We made it to the car in one piece and then drove through Cameron Park with all the windows open while we sang at the top of our lungs.
The Silos were a bust, but we had a pretty awesome day, and we got home exactly how I hoped we would: more connected and closer as a family.
Mama friends, here is what I hope you hear:
You’re allowed to acknowledge you can’t do something if you don’t have the capacity to do it.
You’re allowed to/should be setting boundaries with your kids if how you’re doing motherhood right now is filling your heart with resentment and frustration.
Taking responsibility and being held accountable doesn't have to have anything to do with shame. I think they're badges of honor.
You don’t have to pretend to be something you’re not to be a great mom.
Don’t take your two your old to Magnolia without an extra pair of grown-up hands, leash or a stroller with industrial strength straps. It's just not worth it.
I shared in depth about this experience in a Facebook I created and moderate called “Healthy Boundaries for Heart-Centered Women.” - If you would like to watch it, and catch up with a whole bunch of other free resources like:
- How to say no without ruining your relationships
- 31 Things I have learnt about boundaries from the Bible
You can hop on over and join by clicking here.
Last Friday, at the end of a full, exhausting, amazing, frustrating and overstimulating week, I sipped my morning coffee, opened up Facebook and was greeted with a memory from my feed that basically took my best efforts at just keeping it together, and obliterated them.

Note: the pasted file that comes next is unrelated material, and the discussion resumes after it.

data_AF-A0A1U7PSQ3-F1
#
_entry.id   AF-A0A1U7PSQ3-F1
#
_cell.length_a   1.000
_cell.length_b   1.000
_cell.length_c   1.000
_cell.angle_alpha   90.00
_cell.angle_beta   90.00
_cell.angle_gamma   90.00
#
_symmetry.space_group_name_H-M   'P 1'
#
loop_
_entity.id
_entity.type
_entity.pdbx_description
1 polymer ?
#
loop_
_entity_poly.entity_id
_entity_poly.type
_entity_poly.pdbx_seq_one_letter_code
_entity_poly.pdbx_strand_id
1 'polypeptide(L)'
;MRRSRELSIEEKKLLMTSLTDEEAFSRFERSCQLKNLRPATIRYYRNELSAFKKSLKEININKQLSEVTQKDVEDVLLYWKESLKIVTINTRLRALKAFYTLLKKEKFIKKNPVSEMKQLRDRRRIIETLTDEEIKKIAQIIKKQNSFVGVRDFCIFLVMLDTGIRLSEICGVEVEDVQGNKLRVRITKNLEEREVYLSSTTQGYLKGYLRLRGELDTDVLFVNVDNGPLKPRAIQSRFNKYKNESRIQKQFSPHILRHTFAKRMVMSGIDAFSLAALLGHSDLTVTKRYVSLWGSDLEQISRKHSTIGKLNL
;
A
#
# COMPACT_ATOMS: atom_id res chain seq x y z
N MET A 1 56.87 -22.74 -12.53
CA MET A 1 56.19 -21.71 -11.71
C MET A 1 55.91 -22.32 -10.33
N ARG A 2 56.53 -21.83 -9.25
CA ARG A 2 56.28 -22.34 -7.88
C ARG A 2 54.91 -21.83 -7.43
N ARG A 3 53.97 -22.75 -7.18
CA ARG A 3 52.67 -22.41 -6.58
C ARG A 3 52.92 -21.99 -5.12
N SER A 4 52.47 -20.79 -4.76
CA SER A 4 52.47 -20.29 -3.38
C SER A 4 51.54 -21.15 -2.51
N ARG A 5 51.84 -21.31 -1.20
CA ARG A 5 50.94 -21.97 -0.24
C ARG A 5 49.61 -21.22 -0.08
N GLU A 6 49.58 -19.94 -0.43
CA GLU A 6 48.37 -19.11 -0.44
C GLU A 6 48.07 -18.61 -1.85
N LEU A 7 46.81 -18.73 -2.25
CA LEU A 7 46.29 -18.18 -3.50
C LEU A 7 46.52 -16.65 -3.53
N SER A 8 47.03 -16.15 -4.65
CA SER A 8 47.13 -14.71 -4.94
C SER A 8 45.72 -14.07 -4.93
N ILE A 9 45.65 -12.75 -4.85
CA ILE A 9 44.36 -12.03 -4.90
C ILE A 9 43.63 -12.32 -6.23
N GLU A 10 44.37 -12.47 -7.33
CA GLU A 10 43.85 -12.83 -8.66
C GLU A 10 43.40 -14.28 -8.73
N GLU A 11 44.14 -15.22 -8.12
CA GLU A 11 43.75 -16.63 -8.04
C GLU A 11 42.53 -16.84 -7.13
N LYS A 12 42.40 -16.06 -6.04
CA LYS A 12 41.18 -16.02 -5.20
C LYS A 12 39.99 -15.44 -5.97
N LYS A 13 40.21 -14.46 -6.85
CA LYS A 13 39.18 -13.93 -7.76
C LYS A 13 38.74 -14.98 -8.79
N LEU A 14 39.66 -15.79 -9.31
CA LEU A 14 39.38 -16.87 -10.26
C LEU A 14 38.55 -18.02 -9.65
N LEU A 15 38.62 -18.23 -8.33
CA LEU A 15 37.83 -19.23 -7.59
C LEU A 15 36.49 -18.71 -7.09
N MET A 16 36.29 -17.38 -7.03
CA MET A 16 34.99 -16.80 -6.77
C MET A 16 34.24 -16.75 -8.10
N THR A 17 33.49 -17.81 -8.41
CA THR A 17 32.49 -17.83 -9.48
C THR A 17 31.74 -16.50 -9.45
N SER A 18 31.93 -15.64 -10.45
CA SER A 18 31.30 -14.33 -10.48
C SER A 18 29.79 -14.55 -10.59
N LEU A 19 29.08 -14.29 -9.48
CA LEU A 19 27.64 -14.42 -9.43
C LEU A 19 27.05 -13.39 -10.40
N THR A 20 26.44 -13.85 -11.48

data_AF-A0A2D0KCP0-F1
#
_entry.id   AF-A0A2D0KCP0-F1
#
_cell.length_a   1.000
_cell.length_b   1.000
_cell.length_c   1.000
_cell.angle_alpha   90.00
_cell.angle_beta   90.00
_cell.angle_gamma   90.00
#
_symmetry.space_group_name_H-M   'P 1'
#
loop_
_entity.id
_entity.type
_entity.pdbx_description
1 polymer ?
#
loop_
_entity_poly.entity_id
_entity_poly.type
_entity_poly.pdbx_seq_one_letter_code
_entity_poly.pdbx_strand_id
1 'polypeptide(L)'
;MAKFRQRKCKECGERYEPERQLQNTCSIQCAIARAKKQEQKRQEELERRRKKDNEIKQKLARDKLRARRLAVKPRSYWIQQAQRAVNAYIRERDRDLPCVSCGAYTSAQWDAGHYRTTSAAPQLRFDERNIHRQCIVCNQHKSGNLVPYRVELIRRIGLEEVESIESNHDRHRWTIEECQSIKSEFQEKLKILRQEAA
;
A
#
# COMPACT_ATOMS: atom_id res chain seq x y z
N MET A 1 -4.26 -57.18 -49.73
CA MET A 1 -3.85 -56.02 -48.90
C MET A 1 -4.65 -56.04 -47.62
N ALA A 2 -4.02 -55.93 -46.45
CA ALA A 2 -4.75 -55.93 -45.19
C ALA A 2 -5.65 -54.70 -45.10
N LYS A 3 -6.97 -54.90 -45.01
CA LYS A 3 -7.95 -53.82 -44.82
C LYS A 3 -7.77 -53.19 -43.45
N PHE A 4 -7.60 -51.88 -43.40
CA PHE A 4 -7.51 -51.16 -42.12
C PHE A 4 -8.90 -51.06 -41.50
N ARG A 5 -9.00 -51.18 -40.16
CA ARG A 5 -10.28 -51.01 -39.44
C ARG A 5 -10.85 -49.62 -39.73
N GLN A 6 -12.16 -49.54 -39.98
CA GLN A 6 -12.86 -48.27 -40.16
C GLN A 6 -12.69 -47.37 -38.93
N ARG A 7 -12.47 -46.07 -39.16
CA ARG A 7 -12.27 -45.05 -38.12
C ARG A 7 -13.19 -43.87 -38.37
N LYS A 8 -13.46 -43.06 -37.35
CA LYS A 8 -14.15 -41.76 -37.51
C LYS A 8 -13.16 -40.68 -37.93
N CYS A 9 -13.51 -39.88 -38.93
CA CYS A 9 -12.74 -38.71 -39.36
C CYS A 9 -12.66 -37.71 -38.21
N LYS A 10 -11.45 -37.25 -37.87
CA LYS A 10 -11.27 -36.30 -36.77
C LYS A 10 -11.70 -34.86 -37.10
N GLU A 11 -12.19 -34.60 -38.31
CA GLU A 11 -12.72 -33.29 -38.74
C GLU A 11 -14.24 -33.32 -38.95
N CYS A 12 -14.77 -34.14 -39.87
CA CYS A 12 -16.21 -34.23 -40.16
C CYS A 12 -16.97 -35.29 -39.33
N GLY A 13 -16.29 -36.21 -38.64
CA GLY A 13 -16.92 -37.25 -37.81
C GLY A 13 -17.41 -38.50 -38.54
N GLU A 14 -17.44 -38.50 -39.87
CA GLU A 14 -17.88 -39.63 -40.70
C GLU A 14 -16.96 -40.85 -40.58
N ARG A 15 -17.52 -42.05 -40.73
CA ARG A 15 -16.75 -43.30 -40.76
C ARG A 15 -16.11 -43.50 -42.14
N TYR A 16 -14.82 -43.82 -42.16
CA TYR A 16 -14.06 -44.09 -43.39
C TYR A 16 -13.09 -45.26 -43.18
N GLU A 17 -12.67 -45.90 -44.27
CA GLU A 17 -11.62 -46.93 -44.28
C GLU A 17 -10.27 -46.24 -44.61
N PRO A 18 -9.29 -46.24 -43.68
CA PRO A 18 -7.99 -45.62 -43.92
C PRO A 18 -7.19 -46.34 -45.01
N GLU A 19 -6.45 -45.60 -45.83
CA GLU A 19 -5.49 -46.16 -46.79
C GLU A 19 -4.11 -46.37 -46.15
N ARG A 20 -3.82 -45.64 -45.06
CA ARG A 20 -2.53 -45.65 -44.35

Two years ago, I was in a car accident which had left me with months of excruciating pain, daily doctors, chiro and physio appointments, and lots and lots of tears. Shortly after that, Noah (my then 3 year old) had an accident in which he fell nearly 5ft, face-first, into a concrete floor, snapping his jaw, and breaking it cleanly in two places (don’t even ask).
18 months after immigrating to the United States from South Africa, I found myself plunged into a season in which I was “working” from home (who are we kidding?) with a 3 and a 4 year old, in pain that was so severe that for weeks I could barely get out of bed or off the couch, at daily physio appointments that left me reeling, with a three year old who couldn’t eat, no money for childcare, increasingly crippling anxiety and, with no family nearby to lend a hand or do the things that families do when mothers can’t move, or spend all day crying.
It wasn’t ideal.